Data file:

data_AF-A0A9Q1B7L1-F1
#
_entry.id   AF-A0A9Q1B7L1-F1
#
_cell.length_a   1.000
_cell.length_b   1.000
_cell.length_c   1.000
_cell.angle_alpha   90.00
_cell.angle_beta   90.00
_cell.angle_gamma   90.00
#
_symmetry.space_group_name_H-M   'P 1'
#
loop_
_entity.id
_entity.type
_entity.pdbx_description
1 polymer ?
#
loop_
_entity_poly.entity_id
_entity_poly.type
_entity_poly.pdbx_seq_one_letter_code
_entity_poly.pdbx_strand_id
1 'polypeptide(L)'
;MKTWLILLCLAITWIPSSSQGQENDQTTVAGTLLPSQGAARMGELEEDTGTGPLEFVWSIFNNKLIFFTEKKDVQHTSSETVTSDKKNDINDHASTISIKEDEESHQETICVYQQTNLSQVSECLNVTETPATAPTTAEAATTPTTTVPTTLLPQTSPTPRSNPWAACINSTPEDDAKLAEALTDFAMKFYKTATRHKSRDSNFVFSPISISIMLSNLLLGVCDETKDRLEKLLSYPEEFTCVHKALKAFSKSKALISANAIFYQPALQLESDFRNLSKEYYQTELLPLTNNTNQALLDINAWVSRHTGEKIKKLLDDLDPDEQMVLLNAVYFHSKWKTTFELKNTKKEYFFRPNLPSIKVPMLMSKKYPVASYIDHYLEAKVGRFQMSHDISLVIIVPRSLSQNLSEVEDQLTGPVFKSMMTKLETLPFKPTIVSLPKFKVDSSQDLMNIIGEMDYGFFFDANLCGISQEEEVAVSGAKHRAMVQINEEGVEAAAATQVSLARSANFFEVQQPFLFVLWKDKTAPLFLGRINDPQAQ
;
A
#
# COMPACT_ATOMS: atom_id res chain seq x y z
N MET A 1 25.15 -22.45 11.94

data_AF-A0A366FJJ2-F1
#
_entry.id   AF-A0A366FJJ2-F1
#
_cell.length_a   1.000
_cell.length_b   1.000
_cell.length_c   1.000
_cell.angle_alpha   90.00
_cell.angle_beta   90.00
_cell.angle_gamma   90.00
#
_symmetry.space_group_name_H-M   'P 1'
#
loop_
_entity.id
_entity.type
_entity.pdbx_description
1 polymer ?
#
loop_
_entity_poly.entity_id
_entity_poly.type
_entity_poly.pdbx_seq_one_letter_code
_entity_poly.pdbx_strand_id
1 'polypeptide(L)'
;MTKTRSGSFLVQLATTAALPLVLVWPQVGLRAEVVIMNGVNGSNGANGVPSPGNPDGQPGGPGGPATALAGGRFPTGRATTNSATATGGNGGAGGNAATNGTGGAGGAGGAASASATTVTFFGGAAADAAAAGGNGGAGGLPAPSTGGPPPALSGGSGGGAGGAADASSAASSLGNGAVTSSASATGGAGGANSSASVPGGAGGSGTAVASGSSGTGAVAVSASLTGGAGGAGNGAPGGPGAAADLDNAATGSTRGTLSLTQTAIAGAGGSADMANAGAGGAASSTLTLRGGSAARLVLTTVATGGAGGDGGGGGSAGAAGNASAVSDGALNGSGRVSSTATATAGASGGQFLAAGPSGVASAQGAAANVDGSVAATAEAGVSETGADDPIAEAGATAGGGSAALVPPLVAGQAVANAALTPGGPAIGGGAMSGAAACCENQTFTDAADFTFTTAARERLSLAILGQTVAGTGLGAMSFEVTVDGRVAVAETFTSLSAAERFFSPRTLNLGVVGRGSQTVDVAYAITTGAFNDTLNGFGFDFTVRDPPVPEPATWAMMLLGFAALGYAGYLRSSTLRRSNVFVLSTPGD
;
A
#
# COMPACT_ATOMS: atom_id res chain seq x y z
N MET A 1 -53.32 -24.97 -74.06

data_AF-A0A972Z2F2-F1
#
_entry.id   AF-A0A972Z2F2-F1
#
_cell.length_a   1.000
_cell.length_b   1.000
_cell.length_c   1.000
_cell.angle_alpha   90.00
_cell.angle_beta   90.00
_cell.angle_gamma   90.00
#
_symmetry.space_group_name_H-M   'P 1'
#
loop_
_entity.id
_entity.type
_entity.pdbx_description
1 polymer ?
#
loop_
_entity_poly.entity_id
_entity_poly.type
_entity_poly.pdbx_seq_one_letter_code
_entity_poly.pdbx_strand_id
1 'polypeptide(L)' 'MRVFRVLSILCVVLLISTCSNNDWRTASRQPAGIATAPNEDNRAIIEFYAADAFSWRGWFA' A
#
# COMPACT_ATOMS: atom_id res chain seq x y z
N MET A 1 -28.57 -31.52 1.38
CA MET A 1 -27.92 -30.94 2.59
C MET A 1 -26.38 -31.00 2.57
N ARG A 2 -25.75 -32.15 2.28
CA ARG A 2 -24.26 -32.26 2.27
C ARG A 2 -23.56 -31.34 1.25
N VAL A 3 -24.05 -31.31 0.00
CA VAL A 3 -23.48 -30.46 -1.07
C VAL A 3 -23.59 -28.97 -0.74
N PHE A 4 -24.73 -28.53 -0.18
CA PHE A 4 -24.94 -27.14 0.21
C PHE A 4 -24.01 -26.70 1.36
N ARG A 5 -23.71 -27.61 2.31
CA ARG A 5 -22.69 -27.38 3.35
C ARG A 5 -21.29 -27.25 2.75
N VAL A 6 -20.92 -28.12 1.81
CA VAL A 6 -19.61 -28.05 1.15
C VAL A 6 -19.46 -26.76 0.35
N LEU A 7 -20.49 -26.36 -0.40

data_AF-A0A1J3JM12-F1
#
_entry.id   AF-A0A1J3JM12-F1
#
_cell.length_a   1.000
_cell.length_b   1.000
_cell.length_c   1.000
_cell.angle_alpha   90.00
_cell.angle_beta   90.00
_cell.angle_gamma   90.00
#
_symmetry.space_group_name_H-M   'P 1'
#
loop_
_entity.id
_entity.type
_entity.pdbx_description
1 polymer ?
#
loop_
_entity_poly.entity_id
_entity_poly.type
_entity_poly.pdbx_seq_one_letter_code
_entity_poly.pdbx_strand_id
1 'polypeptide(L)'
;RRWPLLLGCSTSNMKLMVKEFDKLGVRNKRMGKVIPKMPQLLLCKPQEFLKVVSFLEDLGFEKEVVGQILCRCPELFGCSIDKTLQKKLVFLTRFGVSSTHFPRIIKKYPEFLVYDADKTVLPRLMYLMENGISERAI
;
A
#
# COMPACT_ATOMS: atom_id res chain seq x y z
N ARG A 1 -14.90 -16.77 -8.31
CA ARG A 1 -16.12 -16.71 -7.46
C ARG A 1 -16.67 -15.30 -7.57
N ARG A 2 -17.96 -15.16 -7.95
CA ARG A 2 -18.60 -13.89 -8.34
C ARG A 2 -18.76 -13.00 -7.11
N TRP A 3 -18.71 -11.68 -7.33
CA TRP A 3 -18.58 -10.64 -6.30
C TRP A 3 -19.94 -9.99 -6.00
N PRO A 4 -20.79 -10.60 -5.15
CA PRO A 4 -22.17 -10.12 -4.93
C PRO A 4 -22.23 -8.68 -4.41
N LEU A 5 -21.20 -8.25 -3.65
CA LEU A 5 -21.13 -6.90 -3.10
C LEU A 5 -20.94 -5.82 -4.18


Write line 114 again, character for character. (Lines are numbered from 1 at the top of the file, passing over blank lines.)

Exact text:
_cell.length_b   1.000